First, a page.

At Lexis Homes, we always ask our clients to provide inspiration photos at the very beginning of the process to ensure that we fully understand their style and vision. We spend time getting to know their high level must haves and many other elements that they want or don’t want in their home. Having some reference to look back on like a strong design concept or inspiration is the simplest way to keep a design on track and avoid a poorly planned home.
Q#6: What resources or websites do you use for design inspiration?
For inspiration resources, we reference various design magazines, and online sources like Houzz, Contemporist and Pinterest when looking for design inspiration. Depending on the style we are looking for will result in different resources used. People are much more aware of design possibilities through TV programs like HGTV and internet resources are available to them, which in turn can make our designs much more complex and unique.
Q#7: Are there any design or decorating tools an average person can use to help them with their design planning?
Other than the resources that are provided above, contacting a professional designer or a home decorator will ensure that their vision is met and creates less stress to achieve it! We always provide our clients with a digital design library of inspiration images based on previous homes we’ve built and have several downloadable guides on our website to aid homeowners in the design and building process. To name a few: “How to Start Designing Your New Home” and “Balancing Needs and Wants in Your New Home”.
This article originally appeared as a guest blog on the Holmes Approved Homes website and has been republished with permission. Lexis Homes has the distinction of being “Holmes Approved” and offers the Holmes Stage Inspection Package with every build.
The wonderful thing about building a new home is that you’re able to offer a level of customization to your build that really fits into your lifestyle and design sensibilities. On top of that, imagine building your dream home in a mature neighbourhood you already know and love.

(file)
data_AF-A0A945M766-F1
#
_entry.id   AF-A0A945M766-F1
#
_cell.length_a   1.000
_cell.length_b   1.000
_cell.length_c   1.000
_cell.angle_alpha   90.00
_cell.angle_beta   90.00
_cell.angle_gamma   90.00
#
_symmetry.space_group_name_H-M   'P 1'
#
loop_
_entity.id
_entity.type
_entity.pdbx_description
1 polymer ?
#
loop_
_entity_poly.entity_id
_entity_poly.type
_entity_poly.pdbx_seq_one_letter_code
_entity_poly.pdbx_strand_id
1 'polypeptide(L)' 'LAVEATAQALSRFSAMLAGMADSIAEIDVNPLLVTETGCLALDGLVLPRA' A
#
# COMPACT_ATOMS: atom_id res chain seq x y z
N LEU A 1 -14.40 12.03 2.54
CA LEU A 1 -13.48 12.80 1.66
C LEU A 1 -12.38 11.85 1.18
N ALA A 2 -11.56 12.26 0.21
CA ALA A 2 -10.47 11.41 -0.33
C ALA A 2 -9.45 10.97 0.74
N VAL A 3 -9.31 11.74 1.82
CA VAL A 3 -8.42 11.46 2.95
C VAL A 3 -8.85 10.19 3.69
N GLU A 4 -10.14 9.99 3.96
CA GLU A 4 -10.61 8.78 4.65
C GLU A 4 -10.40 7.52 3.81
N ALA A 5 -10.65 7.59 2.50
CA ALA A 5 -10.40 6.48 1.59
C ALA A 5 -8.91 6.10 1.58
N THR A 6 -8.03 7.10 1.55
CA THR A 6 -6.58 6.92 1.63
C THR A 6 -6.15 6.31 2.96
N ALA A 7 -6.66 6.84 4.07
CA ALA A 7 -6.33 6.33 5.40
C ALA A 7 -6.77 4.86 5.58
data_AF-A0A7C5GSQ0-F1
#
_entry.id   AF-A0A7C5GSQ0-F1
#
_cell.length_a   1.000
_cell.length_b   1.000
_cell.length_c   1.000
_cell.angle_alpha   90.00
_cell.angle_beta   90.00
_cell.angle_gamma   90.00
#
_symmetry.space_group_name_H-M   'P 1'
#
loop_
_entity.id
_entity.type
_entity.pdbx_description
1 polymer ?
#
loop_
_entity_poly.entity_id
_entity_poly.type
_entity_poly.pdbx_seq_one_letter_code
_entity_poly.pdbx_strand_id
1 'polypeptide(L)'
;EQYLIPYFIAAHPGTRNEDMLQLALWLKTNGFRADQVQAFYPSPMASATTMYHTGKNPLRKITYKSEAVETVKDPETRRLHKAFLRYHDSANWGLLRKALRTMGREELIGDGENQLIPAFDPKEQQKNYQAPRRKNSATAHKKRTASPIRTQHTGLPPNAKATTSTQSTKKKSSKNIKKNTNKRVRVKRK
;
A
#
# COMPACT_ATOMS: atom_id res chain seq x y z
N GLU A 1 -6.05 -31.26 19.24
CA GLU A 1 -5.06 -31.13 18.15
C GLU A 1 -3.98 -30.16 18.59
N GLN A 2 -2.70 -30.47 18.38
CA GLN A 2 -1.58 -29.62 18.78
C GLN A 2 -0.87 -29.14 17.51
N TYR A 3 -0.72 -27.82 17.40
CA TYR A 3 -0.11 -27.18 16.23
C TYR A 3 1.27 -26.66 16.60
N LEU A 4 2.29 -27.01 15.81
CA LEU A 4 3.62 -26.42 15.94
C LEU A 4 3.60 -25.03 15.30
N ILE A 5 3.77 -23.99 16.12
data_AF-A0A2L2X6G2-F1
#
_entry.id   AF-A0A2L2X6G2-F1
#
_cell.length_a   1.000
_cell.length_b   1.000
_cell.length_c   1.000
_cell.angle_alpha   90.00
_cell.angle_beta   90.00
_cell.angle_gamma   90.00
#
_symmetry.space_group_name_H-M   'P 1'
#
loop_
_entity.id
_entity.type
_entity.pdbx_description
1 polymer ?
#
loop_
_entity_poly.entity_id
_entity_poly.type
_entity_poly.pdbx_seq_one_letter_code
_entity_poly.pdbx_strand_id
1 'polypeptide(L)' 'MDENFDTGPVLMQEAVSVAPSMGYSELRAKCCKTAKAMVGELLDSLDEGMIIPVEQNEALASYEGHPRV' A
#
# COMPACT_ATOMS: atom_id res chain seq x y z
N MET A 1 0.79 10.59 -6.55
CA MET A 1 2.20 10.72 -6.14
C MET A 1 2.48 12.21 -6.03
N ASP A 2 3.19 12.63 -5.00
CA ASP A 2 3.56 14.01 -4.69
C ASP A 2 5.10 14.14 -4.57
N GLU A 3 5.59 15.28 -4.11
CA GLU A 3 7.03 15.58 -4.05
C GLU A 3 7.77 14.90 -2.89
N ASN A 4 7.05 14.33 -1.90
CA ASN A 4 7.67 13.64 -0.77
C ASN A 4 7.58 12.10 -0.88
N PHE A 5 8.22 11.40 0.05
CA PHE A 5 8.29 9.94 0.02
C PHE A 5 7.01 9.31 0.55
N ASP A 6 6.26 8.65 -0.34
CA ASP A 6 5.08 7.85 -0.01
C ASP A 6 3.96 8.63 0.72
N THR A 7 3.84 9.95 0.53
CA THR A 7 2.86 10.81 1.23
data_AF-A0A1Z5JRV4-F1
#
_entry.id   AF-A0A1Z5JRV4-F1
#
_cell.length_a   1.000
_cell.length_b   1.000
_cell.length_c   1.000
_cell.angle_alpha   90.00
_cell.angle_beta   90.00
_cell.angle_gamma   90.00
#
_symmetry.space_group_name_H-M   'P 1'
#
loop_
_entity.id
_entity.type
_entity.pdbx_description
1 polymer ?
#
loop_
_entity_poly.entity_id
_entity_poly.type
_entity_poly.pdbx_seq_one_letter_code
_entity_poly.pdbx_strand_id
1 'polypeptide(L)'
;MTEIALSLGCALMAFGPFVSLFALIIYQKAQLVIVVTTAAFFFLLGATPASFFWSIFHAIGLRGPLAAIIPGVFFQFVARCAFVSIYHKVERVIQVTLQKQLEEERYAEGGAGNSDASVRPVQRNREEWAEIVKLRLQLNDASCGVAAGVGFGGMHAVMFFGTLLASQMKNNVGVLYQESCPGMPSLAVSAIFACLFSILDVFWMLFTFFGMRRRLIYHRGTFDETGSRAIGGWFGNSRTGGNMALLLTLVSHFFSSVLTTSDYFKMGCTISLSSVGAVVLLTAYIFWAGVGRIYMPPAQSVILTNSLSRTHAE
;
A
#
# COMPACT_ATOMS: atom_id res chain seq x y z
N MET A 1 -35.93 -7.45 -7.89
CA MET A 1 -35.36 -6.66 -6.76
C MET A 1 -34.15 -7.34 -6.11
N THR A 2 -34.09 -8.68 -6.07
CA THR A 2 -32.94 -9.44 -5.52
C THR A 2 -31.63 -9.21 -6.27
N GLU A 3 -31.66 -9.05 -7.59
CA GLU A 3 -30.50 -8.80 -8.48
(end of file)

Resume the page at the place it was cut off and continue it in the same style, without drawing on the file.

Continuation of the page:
These are the big reasons why homeowners choose to build brand new infill homes – and it’s something that Lexis Homes excels at.
This post features a 2-storey custom infill home collaboratively designed by a homeowner and Lexis Homes. It’s an excellent showcase of the personalization available with a new modern home while still fitting in with the charm of a mature neighbourhood. The “Tile House” is the perfect blend of form and function with dazzling details.
The family we worked with for this home were longtime residents of the neighbourhood. They actually tore down their old home to rebuild. We removed a few key items from the old home to repurpose for the new build, but their new home was on the same lot as their old house!
This home is full of tiling – from the entryway, to the bathroom, to the laundry room, you can see that tile was the preferred choice of these homeowners. The pictures below showcase some of the highlights:
Not only does this home look good, as a Holmes Approved Homes builder – the homeowners know this Lexis home was built right, from the ground up. As part of Mike Holmes’ program, this house went through staged inspections during various stages of construction. This means it doesn’t just look good, it was built right from the ground up.
This article was originally published by the Saskatoon & Region Home Builder’s Association (SHRBA) – It has been reposted with permission. For any questions about the SHRBA please contact Krystal Rubyk, Marketing & Communications Manager.